Shallow dish "Zhangzhou"
Late Ming dynasty, China, private collection from Finland.
The Ming dynasty, officially the Great Ming, was the ruling dynasty of China from 1368 to 1644 following the collapse of the Mongol-led Yuan dynasty (1279-1368). In 1368 rebel armies, led by Zhu Yuanzhang (1328-1398), overthrew the Yuan, and Zhu established a dynasty he named Da Ming ("Great Brightness"). It was the fourth longest Chinese dynasty, lasting for 276 years and ruled by over seventeen emperors. Despite the challanges from abroad and within, the dynasty would oversee an unprecedented growth in China's population and general economic prosperity. Notable achievements included the construction of the Forbidden City, the imperial residence in Beijing. The Great Wall of China and the Grand Canal were both almost completely rebuilt by the Ming Dynasty. Known for its trade expansion to the outside world that established cultural ties with the West, the Ming Dynasty is also remembered for the literature and art. One of the best-loved exports of the Ming dynasty was its porcelain. Though various colors might be featured on a piece, the classic Ming porcelain was white and blue.
Jingdezhen ("the city of all day thunder and lightning") is located in the northeastern part of Jiangxi province and is known as the porcelain centre of the world. Some historians believe that ceramics production may have started there in Han dynasty (206BC-220AD), with kilns spread along the Chang River, south and southeast of the town. Its most productive period, however, began during the Song period and especially in the later Nan (Southern) Song period, when many ceramics workers from the north arrived in the city as refugees from the Jin invasion. In the late 12th century great quantities of porcelain were exported from the area. By the 14th century it had become the largest centre of production of Chinese porcelain. An imperial porcelain factory was created in in 1368 to produce wares for the imperial court and the government in general. From Ming period onwards, official kilns in Jingdezhen were controlled by emperor, making "imperial porcelain" in large quantities for the court and the emperor to give as gifts. Zhangzhou (Swatow) ware is a loose grouping of mainly late Ming dynasty export porcelain wares initially intended for the Southeast Asian market. Compared to Jingdezhen porcelain, Zhangzhou ware is generally coarse, crudely potted and often under-fired. Decoration is underglaze blue and white using cobalt is most common, and was probably the only type of decoration at first.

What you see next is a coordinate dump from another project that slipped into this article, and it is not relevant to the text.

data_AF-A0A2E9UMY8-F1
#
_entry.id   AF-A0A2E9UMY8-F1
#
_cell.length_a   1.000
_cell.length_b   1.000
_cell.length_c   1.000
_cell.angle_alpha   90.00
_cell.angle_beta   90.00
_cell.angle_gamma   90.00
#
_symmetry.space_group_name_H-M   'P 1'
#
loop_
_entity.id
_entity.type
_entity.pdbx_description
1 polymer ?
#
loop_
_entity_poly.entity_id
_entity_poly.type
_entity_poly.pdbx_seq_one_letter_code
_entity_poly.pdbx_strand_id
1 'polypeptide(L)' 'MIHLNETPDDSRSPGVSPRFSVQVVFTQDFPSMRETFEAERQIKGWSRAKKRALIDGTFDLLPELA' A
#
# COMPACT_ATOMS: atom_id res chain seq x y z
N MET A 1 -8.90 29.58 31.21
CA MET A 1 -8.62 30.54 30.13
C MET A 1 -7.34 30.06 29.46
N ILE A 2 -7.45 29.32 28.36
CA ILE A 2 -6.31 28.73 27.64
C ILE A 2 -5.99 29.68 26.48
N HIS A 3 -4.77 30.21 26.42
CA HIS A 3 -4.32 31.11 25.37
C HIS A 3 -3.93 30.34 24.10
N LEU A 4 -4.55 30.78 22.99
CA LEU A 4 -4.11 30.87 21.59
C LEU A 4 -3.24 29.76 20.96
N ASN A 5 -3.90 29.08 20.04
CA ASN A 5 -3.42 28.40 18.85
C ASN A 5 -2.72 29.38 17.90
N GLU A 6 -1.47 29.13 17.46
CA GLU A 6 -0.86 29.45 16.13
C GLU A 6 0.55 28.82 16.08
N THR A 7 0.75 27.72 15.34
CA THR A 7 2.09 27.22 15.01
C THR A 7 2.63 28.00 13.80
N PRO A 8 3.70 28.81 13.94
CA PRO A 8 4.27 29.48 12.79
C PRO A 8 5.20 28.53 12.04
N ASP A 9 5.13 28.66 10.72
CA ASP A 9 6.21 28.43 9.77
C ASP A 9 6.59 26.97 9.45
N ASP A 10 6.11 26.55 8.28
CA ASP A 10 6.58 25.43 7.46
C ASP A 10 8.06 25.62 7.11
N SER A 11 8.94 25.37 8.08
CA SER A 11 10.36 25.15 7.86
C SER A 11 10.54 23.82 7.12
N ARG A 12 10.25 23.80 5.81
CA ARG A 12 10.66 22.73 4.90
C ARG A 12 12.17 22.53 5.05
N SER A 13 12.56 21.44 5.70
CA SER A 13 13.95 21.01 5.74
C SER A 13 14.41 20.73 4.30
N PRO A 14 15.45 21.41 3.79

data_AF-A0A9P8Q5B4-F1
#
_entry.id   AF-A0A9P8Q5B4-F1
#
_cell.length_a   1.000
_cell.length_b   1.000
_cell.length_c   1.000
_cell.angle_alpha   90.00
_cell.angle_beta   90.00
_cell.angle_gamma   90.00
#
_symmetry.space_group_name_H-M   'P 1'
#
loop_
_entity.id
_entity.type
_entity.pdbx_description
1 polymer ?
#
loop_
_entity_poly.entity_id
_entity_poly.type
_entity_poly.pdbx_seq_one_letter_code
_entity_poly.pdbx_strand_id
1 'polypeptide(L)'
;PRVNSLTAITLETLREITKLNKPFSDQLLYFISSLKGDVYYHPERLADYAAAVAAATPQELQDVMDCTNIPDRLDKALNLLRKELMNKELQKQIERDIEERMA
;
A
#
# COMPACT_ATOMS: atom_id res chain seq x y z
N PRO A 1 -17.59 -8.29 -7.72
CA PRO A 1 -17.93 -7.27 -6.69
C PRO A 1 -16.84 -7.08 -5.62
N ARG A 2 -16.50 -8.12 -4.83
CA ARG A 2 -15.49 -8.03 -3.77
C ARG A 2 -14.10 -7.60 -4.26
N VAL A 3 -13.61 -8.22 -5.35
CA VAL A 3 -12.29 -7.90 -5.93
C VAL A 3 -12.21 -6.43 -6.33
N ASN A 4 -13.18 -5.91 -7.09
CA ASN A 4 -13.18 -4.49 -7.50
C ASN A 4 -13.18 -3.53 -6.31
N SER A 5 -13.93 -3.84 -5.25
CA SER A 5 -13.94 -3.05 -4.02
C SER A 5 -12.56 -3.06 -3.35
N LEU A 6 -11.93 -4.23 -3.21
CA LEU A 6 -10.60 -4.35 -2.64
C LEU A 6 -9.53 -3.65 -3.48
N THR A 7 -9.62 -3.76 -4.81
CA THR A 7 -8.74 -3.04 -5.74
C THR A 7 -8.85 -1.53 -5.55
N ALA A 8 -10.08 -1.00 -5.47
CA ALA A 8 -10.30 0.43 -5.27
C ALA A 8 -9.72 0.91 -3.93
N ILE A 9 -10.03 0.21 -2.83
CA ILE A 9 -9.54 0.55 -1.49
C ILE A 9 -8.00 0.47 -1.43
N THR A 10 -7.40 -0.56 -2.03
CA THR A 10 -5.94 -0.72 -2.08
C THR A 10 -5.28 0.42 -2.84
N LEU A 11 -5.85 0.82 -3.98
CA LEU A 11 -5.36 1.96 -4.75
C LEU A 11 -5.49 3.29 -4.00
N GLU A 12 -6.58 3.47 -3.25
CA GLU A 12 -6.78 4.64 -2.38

A gorgeous, Zhangzhou (Swatow) dish, loosely painted in grayish blue palette with traditional designs. With stylized "Fu" character in center, typically surrounded by bisquited brown band. On the reverse four concentric bands in underglaze blue. The most common decorative motifs are flower patterns, peonies, lotus and chrysanthemum. Good condition. Age-related wear, minor abrasion. Small hairline fracture. Footring has kiln grits. Fritting and glazing flaws. Lovely patina. Size approx. 28,0cm x 28,0cm x 6,0cm. Weight c. 967g.
References, sources and citations:
The Ceramic Trade Across the South China Sea c. AD 1350-1650, Barbara Harrisson, Journal of the Malaysian Branch of the Royal Asiatic Society, Vol. 76, No. 1, 2003, pp. 99-114.
Swatow, Barbara Harrisson, Publisher: Museum het Princessehof, Leeuwarden, 1979.
The Wares of the Transitional Period between the Ming and the Ch'Ing 1620-1683, Soame Jenyns, Archives of the Chinese Art Society of America, Published By: Duke University Press, Vol. 9, 1955, pp. 20-42.
Zhangzhou (Swatow) Ceramics. Sixteenth to Seventeenth Centuries Found In Indonesia, Sumarah Adhyatman, Publisher: The Ceramic Society of Indonesia, 1999.